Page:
"Few episodes in American religious history parallel the barbarism of the anti-Mormon persecutions. That the town in which these began should bear the name of Independence only accentuates the tragic irony of the case. Intermittently for thirteen years burnings and pillaging hounded the Mormons wherever they tried to settle in the Mississippi Valley, until it seemed there was something inevitable in the terrorism that bloodied their trail.
"The tenuous shifting area known as the frontier attracted men who though brave and adventurous were often also illiterate, thriftless, and antisocial. Preferring hunting to farming, they packed their wagons and moved on west as soon as neighbors came within gunshot distance. Western Missouri, according to a traveling preacher of the time, had a "a semi-barbarian population constantly pressing on the heels of the retreating savages."
"In ordinary times this class would have sold out to the Mormons and moved on west, but now a barrier hemmed them in. Andrew Jackson in 1830 had fixed the Indian frontier by law, thereby temporarily forbidding them the space for roaming to which they were accustomed, and the vast plains to the west, barren of timber and short of water, did not invite the careless encroachment on Indian territory that had been so common in the central Mississippi Valley.
"The Missourians were irritated by reports of Mormon sermons like those of Oliver Cowdery, who told the Delawares that they "should be restored to all rights and privileges; should cease to fight and kill one another; should become one people; cultivate the earth in peace, in common with the pale faces. . . ." To any frontiersman this was political imbecility.
"Moreover, the Mormons were not luckhunters, eager to move on if new territory opened up or a crop was blistered by frost. They had come to stay till the millennium, buying and building with a kind of desperate haste lest the day of the Lord's coming find their lamps untrimmed. Their very industry counted against them. Professional gamblers, real-estate speculators, and tradesmen, who lived by their wits and swallowed the political emoluments of the county, watched with a dour resentment Mormon cabins springing up and Mormon crops showing green among the tree stumps. "
This account taken from No Man Knows My History. by Fawn M. Brodie. published by Alfred A. Knopf, Inc. c. 1971. pages 130-131.1>
Of the Mormon doctrine of plural wives, Gordon Allport, in his The Nature of Prejudice  grants the unsoundness, as social policy, of that doctrine. However, he then proceeds to identify much of the persecution of the early LDS pioneers as a function of bigotry with roots in "a prurience of interest and licentiousness of fantasies" by those obsessed with what they saw as Mormon queerness or nonconformity.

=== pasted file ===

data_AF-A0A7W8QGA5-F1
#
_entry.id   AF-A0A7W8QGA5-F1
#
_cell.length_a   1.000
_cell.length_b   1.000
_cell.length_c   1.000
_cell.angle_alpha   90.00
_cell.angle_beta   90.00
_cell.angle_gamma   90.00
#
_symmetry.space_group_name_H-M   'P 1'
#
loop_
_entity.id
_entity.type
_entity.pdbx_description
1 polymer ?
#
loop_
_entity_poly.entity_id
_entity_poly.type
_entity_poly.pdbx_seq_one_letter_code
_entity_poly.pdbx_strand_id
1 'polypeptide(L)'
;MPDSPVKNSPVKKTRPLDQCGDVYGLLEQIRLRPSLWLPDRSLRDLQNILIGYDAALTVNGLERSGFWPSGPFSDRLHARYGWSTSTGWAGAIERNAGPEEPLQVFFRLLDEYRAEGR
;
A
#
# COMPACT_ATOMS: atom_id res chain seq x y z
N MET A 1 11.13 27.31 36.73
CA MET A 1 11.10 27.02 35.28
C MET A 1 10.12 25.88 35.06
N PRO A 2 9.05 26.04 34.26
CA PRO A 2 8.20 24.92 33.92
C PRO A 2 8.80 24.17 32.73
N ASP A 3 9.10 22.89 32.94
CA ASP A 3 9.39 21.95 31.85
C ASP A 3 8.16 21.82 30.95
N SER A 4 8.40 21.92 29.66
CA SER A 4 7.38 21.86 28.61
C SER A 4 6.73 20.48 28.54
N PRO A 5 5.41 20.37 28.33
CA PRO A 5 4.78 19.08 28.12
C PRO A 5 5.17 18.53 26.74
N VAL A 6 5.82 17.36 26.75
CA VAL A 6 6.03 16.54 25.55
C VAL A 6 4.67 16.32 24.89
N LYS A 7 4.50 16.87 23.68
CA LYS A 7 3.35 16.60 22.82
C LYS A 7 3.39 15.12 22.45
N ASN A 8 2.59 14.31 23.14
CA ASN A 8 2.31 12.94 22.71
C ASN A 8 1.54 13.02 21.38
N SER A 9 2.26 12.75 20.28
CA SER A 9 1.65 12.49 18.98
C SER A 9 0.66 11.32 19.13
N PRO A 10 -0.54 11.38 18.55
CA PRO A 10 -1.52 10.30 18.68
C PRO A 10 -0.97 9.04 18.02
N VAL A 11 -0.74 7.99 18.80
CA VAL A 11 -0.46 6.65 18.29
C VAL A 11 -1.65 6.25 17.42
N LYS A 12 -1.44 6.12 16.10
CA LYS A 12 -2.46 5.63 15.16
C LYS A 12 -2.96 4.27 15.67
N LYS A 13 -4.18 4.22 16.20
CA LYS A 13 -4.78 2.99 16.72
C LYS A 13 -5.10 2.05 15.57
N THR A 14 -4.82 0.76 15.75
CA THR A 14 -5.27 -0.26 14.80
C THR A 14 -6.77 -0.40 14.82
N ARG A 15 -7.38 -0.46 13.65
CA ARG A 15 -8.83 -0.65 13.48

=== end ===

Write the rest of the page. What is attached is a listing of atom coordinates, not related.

"Opposition to the sect drew nourishment from the conflict that many people had within their own lives."
The Book of Mormon, speaking to Native Americans, states as part of its purpose to reveal to them "what great things the Lord hath done for their fathers."
According to the Book of Mormon, a small band of Israelites under Lehi migrated to the Western Hemisphere about 600 BC. Upon Lehi's death his family divided into two opposing factions, the Lamanates and the Nephites. In course of time, the Lamanites became dark-skinned, the Nephites light-skinned. After numereous wars and alliances, intrigues and conflicts, the Nephites were destroyed.
Ultimately, in Native American past, they received a visit from Jesus Christ, following his resurrection and ascension (3 Nephi), and he preached to them, instructing and encouraging them in the ways of righteousness and glory. Mountainy singer?
LINK: Tanner, Book of Mormon. "The Prophet Joseph Smith called the Book of Mormon "the most correct of any book on earth, and the keystone of our religion" and said that a person "would get nearer to God by abiding by its precepts, than by any other book" ... "for it contains the fulness of the gospel of Jesus Christ" (D&C 20:8-9).